Using growth rates to estimate the minimum age and size at sexual maturity in a captive population of the critically endangered Central American river turtle Dermatemys mawii
Keywords:Conservation, Dermatemydidae, Fabens, Freshwater turtle, hicatee, life history, von Bertalanffy, Wang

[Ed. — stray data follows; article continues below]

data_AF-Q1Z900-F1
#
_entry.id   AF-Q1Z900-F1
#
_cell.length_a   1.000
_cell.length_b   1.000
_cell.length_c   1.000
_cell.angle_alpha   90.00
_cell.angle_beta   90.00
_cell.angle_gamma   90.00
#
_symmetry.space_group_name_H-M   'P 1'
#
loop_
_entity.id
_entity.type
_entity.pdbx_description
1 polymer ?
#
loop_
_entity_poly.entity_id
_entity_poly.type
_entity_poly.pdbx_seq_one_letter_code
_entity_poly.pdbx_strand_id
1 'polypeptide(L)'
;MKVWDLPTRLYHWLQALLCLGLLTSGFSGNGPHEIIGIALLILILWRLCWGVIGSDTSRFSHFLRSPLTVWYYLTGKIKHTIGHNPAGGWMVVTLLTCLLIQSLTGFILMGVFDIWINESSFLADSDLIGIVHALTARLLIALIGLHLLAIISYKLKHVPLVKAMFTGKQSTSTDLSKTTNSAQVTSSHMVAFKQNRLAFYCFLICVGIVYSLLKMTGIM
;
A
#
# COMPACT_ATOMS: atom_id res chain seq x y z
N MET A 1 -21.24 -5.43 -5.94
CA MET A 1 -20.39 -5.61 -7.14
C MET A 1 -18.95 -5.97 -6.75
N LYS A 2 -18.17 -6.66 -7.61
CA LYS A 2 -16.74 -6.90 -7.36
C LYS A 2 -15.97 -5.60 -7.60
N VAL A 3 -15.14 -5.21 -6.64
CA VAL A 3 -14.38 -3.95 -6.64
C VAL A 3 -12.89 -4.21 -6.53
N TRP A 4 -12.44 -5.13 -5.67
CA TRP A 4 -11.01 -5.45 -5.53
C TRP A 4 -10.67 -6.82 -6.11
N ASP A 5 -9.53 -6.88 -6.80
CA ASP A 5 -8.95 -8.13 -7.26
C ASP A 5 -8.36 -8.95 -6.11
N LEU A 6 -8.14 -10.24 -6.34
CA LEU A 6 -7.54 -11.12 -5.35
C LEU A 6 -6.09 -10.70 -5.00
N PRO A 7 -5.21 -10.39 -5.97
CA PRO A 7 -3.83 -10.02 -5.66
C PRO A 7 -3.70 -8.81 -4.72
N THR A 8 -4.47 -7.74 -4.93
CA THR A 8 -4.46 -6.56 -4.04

The Central American river turtle Dermatemys mawii is a critically endangered species that has incurred substantial losses over the last several decades due to overhunting. This species is now being considered for head-starting programmes (i.e., captive breeding of turtles for wild release). However, relatively little is known about their life history characteristics, especially with respect to growth and sexual maturation. A robust knowledge of D. mawii life history traits is important in developing conservation management plans. This research is the first known study to maintain hatchlings, juveniles and adults in captivity with regular morphometric data collection. Growth rates were quantified (cm yr-1) and growth parameters were calculated (e.g., growth coefficients) to estimate body size and age at onset of sexual maturity in a group of wild-caught but captive-held and captive-bred D. mawii in Belize. Sizes at the onset of sexual maturity were inferred by segmented linear regressions that identified changes in growth rate by body size. Asymptotic sizes and growth coefficients were calculated using the Fabens method and the Wang method. Parameters from these models were then applied to a modified von Bertalanffy growth equation to estimate age at the onset of sexual maturity. Male and female D. mawii begin sexual maturation at approximately 38.0 cm and 40.0 cm straight-line carapace length, respectively. Ages associated with these sizes were estimated at 13.5–16.9 years (males) and 13.6–17.3 years (females). No previous literature on growth rates or age at maturation for wild or captive D. mawii has been reported, so these results serve as a starting point in conservation management. Given the life history trait of delayed sexual maturity (>10 years), D. mawii may be more sensitive to losses of the adult population; therefore, captive breeding and head-starting programmes may be beneficial with concomitant protection of wild, adult populations.
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